Colin J. Beck, a sociology pro­fes­sor at Pomona Col­lege and author of “Rad­i­cals, Rev­o­lu­tion­ar­ies and Ter­ror­ists,” said that it’s hard to pro­tect malls from be­ing tar­gets. But he says mea­sures like au­to­matic scan­ning of li­cense plates and faces in public spa­ces open up “ques­tions of in­fringe­ment on con­sti­tu­tional rights and po­ten­tial abuse.”

Some mea­sures had a bumpy be­gin­ning. Se­cu­rity ro­bots made by startup Knightscope read li­cense plates, can iden­tify a ve­hi­cle parked in a cer­tain lo­ca­tion for too long or sense in­trud­ers at odd hours.

But the Stan­ford Shop­ping Cen­ter in Palo Alto, Cal­i­for­nia, scrapped a pi­lot test of the 300-pound ro­bots this sum­mer af­ter one of them knocked over a 16-month-old. (The tod­dler was OK).

Stacy Dean Stephens, vice pres­i­dent of sales and mar­ket­ing at Knightscope, said the com­pany has since made im­prove­ments and ex­pects to have sev­eral large mall de­vel­op­ers in Cal­i­for­nia start us­ing the ro­bots later this year.

“We learned an aw­ful lot from the in­ci­dent, and have moved on,” he said.

One of the most-used tac­tics is the mass no­ti­fi­ca­tions which can be used for weather, power out­ages or more se­ri­ous scares. Pocket-stop, a Dal­las-based com­pany that sends such no­ti­fi­ca­tions, said busi­ness among shop­ping cen­ters is up 33 per­cent over the past 12 months.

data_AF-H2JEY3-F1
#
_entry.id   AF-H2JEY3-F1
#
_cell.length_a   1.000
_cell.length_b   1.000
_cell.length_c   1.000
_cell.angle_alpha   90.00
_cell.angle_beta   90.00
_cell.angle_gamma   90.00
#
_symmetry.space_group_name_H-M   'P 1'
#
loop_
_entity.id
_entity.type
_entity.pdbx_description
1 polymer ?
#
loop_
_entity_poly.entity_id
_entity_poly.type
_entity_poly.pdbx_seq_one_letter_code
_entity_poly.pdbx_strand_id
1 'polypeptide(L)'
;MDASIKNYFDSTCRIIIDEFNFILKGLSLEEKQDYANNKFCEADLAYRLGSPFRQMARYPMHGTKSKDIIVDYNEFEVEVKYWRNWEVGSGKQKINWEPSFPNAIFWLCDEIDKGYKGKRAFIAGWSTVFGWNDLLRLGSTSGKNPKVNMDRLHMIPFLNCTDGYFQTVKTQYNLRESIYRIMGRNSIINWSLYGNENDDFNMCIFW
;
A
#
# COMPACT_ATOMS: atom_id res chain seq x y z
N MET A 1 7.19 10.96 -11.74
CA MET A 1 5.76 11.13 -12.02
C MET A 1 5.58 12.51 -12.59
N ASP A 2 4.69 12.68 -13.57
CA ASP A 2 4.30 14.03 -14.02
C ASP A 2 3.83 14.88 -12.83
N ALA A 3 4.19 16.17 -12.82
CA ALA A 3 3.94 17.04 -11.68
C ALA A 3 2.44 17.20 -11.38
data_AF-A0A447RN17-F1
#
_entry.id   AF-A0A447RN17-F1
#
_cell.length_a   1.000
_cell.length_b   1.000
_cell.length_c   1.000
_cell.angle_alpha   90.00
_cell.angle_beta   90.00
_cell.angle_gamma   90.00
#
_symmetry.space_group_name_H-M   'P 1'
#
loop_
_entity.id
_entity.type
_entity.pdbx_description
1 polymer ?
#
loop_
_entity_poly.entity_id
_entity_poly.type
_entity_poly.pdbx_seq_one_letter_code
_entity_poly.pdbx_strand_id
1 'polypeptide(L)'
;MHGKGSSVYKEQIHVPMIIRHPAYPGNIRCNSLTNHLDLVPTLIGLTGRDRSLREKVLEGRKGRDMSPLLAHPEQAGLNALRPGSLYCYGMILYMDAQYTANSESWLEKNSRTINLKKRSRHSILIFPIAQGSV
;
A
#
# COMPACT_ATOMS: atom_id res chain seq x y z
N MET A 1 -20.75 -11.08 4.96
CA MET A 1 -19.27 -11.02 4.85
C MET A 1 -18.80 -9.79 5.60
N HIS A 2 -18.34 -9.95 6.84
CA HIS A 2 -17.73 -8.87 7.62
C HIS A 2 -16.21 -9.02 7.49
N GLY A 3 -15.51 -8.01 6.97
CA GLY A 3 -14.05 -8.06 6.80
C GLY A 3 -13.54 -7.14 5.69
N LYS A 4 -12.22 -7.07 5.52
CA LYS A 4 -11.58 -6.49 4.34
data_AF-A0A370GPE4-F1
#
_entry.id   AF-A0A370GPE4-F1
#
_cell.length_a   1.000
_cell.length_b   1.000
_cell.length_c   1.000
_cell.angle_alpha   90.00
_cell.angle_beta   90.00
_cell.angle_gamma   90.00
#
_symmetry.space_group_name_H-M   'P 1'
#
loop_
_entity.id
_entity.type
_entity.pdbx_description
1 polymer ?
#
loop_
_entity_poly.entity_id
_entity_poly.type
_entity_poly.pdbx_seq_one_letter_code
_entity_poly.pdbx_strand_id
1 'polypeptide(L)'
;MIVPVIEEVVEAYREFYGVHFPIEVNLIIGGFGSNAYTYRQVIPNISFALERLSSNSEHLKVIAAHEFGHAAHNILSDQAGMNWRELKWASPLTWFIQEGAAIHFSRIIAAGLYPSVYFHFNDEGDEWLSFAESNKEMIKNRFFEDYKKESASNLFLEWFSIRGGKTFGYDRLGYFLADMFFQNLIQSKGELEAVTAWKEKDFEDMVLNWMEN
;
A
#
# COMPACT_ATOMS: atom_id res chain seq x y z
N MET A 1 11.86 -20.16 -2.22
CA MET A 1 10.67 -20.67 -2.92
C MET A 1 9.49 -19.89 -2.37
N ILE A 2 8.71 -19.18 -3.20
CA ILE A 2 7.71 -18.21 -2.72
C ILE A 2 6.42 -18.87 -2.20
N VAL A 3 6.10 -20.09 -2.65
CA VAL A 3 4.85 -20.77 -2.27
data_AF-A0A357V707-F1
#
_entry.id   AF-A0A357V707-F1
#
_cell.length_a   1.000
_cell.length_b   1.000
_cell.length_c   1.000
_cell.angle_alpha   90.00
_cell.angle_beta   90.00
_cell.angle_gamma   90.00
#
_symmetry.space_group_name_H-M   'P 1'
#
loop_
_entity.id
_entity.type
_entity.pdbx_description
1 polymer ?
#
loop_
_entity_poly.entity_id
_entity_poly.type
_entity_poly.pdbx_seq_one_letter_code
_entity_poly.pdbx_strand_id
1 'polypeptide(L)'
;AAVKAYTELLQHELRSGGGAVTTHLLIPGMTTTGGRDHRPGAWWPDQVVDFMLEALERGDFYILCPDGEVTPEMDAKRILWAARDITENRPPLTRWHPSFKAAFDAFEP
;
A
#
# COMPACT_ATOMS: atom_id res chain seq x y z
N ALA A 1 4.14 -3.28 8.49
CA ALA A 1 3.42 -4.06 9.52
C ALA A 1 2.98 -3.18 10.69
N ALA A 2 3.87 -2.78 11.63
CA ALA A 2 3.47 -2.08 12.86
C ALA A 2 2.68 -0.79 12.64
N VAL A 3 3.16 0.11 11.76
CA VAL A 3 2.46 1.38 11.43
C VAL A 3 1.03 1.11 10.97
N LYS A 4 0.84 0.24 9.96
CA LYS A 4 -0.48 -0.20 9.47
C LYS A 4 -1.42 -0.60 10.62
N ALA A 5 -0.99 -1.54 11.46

While less than 1 per­cent of the in­ci­dents in­volve a shoot­ing or at­tack, it’s on top of stores’ minds, said CEO Daniel Wagstaff.

By next year, the com­pany will launch a no­ti­fi­ca­tion ser­vice for cus­tomers us­ing the mall’s Wi-Fi. Wagstaff said the move is tricky.

“The last thing we want to do is pro­mote fear in our con­sumer. We want peo­ple to be safe, but we don’t want to scare peo­ple,” he said.


Knightscope K5 se­cu­rity ro­bots, at right, and back­ground left, pa­trol along­side a pier April 19 in San Diego. The ro­bots can iden­tify a ve­hi­cle parked in a cer­tain lo­ca­tion for too long or sense in­trud­ers at odd hours. The com­pany ex­pects to have sev­eral large mall de­vel­op­ers in Cal­i­for­nia start us­ing the ro­bots late this year.


Peo­ple stand near the en­trance on the north side of Cross­roads Cen­ter mall be­tween Macy’s and Tar­get as of­fi­cials in­ves­ti­gate a re­ported mul­ti­ple stab­bing in­ci­dent Sept. 17 in St. Cloud, Minn.